Shares of Big Bang Theory here, I am afraid.

  • cynic2

    “particularly with respect to marriage”

    which counts for zero in London elections anyway. You also don’t mention Ken’s stunning hypocrisy and laying re his tax affairs and potential breaches of Company law on donations to his campaign.

    Perhaps its not a case of Boris winning but Ken being unelectable

  • Mick Fealty

    Not to mention the stunning hypocrisy on the Tory benches for dissing (albeit backhandedly) a pro business policy most of them back… (Tim: http://timworstall.com/2012/02/26/in-defence-of-ken-livingstones-tax-arrangements/)

  • Barnshee

    Boris is much more gaff prone and outrageous (normally )than Ken and is thus more entertaining. Their shag quantity quotient is probably about equal , based on the apparent (stress apparent) score the Boris shag quality would be much superior

    So a bit of a lad

    Ken also sounds like a whinger every time he speaks -he can’t help it its just the way he is. Boris will walk it -to everyones bafflement

  • FuturePhysicist

    Boris bores me … he tries too hard to be a show-off and comes off as little more than a show-off. The thing is he has no obvious talent to show off.

  • http://redfellow.blogspot.com Malcolm Redfellow

    Having been out-of-the-loop overlooking the Sea of Marmara these last few days I missed my yellow card for irony (is that Poe’s Law at work?). Compared to what’s above in this thread, I feel somewhat picked upon. So here’s a second go.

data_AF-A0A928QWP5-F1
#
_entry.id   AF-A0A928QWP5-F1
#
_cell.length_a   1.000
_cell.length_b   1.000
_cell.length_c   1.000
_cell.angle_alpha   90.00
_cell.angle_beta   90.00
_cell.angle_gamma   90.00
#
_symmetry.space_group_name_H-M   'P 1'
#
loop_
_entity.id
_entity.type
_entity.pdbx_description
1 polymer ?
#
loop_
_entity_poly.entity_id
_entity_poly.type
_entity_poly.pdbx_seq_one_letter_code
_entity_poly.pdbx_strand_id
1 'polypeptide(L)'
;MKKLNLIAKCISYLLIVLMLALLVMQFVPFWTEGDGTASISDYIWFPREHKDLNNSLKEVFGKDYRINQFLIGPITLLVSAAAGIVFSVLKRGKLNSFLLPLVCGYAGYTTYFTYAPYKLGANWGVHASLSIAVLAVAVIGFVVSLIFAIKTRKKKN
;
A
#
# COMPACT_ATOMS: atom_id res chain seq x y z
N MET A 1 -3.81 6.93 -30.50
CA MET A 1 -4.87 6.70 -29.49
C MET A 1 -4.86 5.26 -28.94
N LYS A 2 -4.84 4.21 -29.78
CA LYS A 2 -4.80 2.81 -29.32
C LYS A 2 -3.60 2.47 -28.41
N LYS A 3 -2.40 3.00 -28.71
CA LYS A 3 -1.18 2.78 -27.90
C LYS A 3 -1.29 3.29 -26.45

Mick Fealty, interestingly, chooses to take the Survation poll at second hand, via Anthony Wells, rather than the horse’s mouth, the Telegraph and that most-honest reporter of all things BoJo, … Andrew Gilligan. Understandable, really: my MacOs auto spell-corrector preferred that as “Andrew illegal”.

    Mick seems convinced Livingstone’s problem is he[']s pitched to the inner doughnut again. Well, that’s at least half-correct.

    Where does one expect to find the Labour vote? Clue: in Labour boroughs. Which are where, approximately?

    Even Gilligan notes something odd happening:

    Brian Coleman, Mr Johnson’s fire authority chairman, seems likely to lose his assembly seat, the poll says. Mr Johnson’s deputy mayor, Richard Barnes, is also at risk. The most high-profile Tory casualty could be Mr Johnson’s policing chief, Kit Malthouse, whose lead over Labour in his assembly seat is within the margin of error.

    Malthouse is AM for that classic inner-city deprived area of Westminster, Hammersmith and Fulham and the Royal Borough of Kensington and Chelsea. If that area goes Labour, it’d be quite a bite out of the doughnut.

    Take a closer look at what is happening in Brian “Mr Toad” Coleman’s backyard of Barnet.

    Since Mick has a speciality in “Digtal pathfinding, research and Innovation” [sic], I’d have expect him to be au-fait on this one.

    We’ve got quite an extraordinary, and long-running cyber-peasants’ revolt going on, and it’s well outside the doughnut. Go looking for the blogs of
    • “Mrs Angry” at “Broken Barnet”,
    • MrMustard,
    • citizenbarnet,
    • barneteye,
    • colemansgototgo,
    • 101reasonstosackbriancoleman (up to no. 96 as of this morning),
    not to forget —
    • “isbriancolemanatediouscock” (that alone should earn a yellow card).

    Then consider David Hencke, who has been as assiduous as any in pursuing the Coleman/AssetCo scandal (an everyday story of privatised folk) and Barnet/MetPro Rapid Response (and you thought Big Brother was somewhere between trash tv and an Orwellian nightmare?).

    All the London polls are be-fuddled by the Gilligan-affekt (© M. Redfellow). Or, as ComRes put it —

    The fact that so many Londoners expect Boris to win serves only to reinforce the point that to lose would be snatching defeat from the jaws of victory.

    For “expect Boris to win”, read “have been repeatedly assured only Boris can win”. The latest poll has BoJo up 44-41 on first preferences, which comes down to 52-48 in the redistribution run-off. But:

    London politics expert Tony Travers, from the LSE, said: “It’s still too close to call – the race really isn’t over yet.